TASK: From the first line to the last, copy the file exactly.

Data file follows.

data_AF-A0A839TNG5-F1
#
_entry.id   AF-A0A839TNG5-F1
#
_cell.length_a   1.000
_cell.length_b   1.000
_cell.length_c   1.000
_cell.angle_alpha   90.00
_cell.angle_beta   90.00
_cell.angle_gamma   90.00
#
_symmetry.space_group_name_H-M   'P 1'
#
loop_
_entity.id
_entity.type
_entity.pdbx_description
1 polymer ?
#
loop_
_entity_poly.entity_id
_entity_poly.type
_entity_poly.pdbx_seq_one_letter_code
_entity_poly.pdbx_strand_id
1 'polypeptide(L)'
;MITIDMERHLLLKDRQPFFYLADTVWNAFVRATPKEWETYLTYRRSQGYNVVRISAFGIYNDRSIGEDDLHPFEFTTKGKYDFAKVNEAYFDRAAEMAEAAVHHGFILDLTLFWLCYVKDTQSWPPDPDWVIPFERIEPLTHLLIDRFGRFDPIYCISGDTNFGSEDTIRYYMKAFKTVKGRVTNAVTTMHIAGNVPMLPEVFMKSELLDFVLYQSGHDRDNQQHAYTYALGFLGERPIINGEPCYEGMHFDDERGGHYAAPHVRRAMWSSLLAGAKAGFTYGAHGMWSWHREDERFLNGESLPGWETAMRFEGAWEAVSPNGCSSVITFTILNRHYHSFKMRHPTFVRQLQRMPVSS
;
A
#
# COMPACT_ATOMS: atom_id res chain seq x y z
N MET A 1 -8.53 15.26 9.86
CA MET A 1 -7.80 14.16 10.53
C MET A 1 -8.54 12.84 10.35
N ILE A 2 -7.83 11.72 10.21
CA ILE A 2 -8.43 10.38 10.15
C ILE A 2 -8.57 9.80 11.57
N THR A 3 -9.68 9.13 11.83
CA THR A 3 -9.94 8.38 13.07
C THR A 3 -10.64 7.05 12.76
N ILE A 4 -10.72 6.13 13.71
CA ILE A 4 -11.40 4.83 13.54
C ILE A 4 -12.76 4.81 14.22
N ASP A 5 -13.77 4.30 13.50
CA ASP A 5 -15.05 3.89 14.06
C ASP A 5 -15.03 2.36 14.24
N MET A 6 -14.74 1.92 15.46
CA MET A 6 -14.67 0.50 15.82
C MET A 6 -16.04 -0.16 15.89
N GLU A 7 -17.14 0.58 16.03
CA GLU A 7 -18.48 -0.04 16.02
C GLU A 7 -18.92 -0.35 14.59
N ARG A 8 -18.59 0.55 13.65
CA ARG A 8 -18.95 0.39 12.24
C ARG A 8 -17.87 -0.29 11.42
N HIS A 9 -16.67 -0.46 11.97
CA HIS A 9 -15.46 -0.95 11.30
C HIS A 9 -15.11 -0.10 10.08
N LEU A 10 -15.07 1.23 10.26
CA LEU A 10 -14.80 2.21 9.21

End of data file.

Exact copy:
data_AF-A0A839TNG5-F1
#
_entry.id   AF-A0A839TNG5-F1
#
_cell.length_a   1.000
_cell.length_b   1.000
_cell.length_c   1.000
_cell.angle_alpha   90.00
_cell.angle_beta   90.00
_cell.angle_gamma   90.00
#
_symmetry.space_group_name_H-M   'P 1'
#
loop_
_entity.id
_entity.type
_entity.pdbx_description
1 polymer ?
#
loop_
_entity_poly.entity_id
_entity_poly.type
_entity_poly.pdbx_seq_one_letter_code
_entity_poly.pdbx_strand_id
1 'polypeptide(L)'
;MITIDMERHLLLKDRQPFFYLADTVWNAFVRATPKEWETYLTYRRSQGYNVVRISAFGIYNDRSIGEDDLHPFEFTTKGKYDFAKVNEAYFDRAAEMAEAAVHHGFILDLTLFWLCYVKDTQSWPPDPDWVIPFERIEPLTHLLIDRFGRFDPIYCISGDTNFGSEDTIRYYMKAFKTVKGRVTNAVTTMHIAGNVPMLPEVFMKSELLDFVLYQSGHDRDNQQHAYTYALGFLGERPIINGEPCYEGMHFDDERGGHYAAPHVRRAMWSSLLAGAKAGFTYGAHGMWSWHREDERFLNGESLPGWETAMRFEGAWEAVSPNGCSSVITFTILNRHYHSFKMRHPTFVRQLQRMPVSS
;
A
#
# COMPACT_ATOMS: atom_id res chain seq x y z
N MET A 1 -8.53 15.26 9.86
CA MET A 1 -7.80 14.16 10.53
C MET A 1 -8.54 12.84 10.35
N ILE A 2 -7.83 11.72 10.21
CA ILE A 2 -8.43 10.38 10.15
C ILE A 2 -8.57 9.80 11.57
N THR A 3 -9.68 9.13 11.83
CA THR A 3 -9.94 8.38 13.07
C THR A 3 -10.64 7.05 12.76
N ILE A 4 -10.72 6.13 13.71
CA ILE A 4 -11.40 4.83 13.54
C ILE A 4 -12.76 4.81 14.22
N ASP A 5 -13.77 4.30 13.50
CA ASP A 5 -15.05 3.89 14.06
C ASP A 5 -15.03 2.36 14.24
N MET A 6 -14.74 1.92 15.46
CA MET A 6 -14.67 0.50 15.82
C MET A 6 -16.04 -0.16 15.89
N GLU A 7 -17.14 0.58 16.03
CA GLU A 7 -18.48 -0.04 16.02
C GLU A 7 -18.92 -0.35 14.59
N ARG A 8 -18.59 0.55 13.65
CA ARG A 8 -18.95 0.39 12.24
C ARG A 8 -17.87 -0.29 11.42
N HIS A 9 -16.67 -0.46 11.97
CA HIS A 9 -15.46 -0.95 11.30
C HIS A 9 -15.11 -0.10 10.08
N LEU A 10 -15.07 1.23 10.26
CA LEU A 10 -14.80 2.21 9.21